Notice that those who can understand others hold positions they find deplorable with which they disagree without flipping out don't need to invalidate others like that.

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This is an interesting topic.  I have found it hard to understand on the other threads that believing homosexuality is a sin = hate.  Even taking that one thought in isolation, adding no other actions to it, no political agenda, no interfering with other people's lives, no mouthing off that view uninvited at random people, just the belief itself = hate.

 

So yes, I guess you could technically say that if you believe homosexuality is a sin, you find distasteful or even passionately dislike the behavior of homosexuality.  The same way a person who believes pre-marital sex is a sin would find that distasteful also.

 

But then I think about something that I really am repulsed by, which is smoking.  Ugh.  Smoking is one of my personal peeves-gross outs.  I think I could say that I despise smoking.  And yet, I have people in my life that I love very much who smoke.  I am find their smoking behavior highly distasteful.  And yet I do not think them evil or bad people. I can separate the fact that I personally disagree with that behavior from my feeling for that person.  And no one else would usually imply otherwise, that I must "hate" them because I hate-dislike-am-disgusted by their smoking.  Smoking is one part of their behavior, not the whole person.

 

So why is it that with homosexuality, it is felt by so many that disagreeing with a behavior = hating the person or thinking they are bad or evil? An argument I have heard before is that homosexuality is more tied up with who a person is, therefore it is impossible to separate the behavior from the person.  I don't believe any person is defined in whole by their sexual preferences, or by any other single quality.  So from my point of view, it still is just one thing about that person's behavior that I might disagree with.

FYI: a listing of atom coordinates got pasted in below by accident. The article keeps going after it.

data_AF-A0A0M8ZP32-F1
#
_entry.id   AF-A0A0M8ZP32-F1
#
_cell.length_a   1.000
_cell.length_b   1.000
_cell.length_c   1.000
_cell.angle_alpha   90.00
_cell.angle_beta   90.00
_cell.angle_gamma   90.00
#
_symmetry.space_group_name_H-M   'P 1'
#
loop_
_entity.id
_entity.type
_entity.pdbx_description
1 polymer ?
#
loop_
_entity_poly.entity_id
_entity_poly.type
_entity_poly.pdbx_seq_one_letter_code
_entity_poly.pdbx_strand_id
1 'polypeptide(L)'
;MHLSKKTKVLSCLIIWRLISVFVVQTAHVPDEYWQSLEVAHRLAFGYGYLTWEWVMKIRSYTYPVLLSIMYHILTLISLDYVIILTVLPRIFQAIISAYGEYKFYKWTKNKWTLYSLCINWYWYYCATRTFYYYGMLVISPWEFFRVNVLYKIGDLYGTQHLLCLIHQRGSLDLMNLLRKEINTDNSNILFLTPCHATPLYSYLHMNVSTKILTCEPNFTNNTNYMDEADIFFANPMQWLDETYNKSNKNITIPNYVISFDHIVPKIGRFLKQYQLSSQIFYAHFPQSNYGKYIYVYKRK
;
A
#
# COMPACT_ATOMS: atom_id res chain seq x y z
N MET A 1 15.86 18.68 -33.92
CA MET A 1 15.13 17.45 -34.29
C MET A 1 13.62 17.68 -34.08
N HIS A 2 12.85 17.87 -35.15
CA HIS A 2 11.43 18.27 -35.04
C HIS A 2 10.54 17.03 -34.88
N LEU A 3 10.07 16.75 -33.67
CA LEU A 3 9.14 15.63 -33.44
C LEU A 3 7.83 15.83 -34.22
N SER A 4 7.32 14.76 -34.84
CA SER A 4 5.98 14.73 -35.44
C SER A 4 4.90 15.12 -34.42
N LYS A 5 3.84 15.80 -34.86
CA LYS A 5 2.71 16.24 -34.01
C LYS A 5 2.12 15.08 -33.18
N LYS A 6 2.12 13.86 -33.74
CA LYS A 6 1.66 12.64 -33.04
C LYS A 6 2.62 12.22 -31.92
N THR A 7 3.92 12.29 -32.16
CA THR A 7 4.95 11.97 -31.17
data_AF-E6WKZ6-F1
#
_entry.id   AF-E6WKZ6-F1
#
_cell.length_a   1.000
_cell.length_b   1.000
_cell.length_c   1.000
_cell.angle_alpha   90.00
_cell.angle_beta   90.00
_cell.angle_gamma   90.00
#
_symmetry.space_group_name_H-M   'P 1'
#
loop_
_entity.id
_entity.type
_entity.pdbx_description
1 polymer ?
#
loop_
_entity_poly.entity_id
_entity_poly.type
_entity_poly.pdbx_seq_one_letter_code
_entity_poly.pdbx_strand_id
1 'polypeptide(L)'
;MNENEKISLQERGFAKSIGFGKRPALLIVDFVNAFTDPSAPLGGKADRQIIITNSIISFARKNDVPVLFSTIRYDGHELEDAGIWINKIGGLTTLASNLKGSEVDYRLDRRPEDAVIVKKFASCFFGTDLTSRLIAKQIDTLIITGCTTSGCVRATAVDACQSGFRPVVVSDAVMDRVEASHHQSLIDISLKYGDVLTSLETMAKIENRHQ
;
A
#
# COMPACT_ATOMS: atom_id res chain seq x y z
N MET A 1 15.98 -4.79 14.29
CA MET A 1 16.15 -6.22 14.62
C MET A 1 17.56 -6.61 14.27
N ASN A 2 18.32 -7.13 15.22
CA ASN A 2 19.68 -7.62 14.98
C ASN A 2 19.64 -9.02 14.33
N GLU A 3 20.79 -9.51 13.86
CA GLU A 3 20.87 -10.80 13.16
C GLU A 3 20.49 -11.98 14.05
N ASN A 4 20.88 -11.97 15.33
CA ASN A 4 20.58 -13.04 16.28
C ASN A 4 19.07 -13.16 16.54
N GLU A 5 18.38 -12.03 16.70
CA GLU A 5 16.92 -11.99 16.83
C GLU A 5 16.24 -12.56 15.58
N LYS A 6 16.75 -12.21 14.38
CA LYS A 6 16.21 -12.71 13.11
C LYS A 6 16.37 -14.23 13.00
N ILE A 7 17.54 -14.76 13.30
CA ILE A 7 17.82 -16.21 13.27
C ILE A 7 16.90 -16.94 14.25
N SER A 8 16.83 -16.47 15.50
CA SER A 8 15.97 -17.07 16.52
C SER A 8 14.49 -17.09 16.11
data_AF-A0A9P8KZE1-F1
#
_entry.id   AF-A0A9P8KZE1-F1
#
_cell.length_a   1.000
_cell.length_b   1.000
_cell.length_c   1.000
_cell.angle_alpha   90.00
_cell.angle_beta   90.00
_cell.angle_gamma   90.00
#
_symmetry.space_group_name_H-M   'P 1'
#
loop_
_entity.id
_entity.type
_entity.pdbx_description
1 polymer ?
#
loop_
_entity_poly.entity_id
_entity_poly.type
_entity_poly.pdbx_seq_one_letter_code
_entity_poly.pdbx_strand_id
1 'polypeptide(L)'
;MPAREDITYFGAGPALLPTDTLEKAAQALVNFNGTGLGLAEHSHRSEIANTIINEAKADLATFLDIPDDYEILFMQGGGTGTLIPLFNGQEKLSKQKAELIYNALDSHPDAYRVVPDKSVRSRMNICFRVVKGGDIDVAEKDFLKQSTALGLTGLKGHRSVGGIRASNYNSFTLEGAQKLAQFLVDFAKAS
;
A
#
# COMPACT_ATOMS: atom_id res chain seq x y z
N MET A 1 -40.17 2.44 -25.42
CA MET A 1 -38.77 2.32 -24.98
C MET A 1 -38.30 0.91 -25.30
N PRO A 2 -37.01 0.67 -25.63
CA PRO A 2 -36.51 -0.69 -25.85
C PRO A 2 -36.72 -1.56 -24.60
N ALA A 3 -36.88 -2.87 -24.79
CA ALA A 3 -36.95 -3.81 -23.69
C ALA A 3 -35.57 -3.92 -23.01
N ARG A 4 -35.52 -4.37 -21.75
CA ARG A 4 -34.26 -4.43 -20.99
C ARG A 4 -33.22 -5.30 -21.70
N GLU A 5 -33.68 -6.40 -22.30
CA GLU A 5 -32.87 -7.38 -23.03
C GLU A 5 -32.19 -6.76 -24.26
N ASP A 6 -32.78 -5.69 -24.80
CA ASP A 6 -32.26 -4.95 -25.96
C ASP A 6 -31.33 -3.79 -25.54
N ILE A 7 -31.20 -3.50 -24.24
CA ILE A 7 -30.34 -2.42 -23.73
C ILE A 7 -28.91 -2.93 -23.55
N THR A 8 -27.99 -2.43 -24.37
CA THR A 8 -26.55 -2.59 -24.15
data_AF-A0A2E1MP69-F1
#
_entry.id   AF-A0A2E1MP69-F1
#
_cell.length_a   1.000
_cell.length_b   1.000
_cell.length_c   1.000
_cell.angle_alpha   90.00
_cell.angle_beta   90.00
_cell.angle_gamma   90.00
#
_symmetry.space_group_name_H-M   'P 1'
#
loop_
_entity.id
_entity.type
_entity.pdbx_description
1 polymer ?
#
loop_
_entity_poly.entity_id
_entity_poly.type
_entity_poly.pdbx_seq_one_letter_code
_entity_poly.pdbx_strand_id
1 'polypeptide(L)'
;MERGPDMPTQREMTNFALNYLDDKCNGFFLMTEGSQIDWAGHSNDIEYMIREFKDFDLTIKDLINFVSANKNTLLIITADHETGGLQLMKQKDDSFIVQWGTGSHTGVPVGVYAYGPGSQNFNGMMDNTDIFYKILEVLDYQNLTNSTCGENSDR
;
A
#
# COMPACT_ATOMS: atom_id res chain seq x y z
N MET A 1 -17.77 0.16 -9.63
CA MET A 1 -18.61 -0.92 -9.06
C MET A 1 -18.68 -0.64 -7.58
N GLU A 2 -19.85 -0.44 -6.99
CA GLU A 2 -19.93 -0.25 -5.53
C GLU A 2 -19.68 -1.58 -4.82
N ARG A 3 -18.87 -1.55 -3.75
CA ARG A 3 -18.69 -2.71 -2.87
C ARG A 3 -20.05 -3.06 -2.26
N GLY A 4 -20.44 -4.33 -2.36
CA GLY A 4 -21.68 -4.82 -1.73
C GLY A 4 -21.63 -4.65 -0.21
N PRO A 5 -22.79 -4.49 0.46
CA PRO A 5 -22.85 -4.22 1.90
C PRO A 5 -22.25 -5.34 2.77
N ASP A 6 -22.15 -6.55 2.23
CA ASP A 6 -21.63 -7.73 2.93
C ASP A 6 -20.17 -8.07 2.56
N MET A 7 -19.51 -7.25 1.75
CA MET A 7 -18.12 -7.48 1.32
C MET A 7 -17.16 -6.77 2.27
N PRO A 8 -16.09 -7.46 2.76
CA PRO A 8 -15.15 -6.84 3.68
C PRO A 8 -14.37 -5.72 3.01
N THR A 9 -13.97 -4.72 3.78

As a person who believes that homosexuality is a sin, but does not engage in any political activism or interfering with other people's lives, who does not offer my opinion to random people uninvited, and really REALLY does not feel any sense of disgust or hatred for any homosexual person anywhere, I have a hard time when people insist that I am promoting hatred.  I confess that I am confused by that application of the word.

 

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Yes, I think hate is a pretty specific thing, and you do actively have to wish or do ill will on someone to qualify something as hate. I can disagree with a lot of things and not hate someone. Really and truly vehemently disagree with their decisions, and even draw boundaries on how I interact with them to, for example preserve my own life or mental health, but that still does not mean I hate them. I actually believe murder is the ultimate physical manifestation of hatred, so I think ill will has to exist towards another person for hate to be present. I can be irritated or perturbed or deeply disturbed while acknowledging I would never harm someone or even want them to be harmed. But hate is another thing altogether.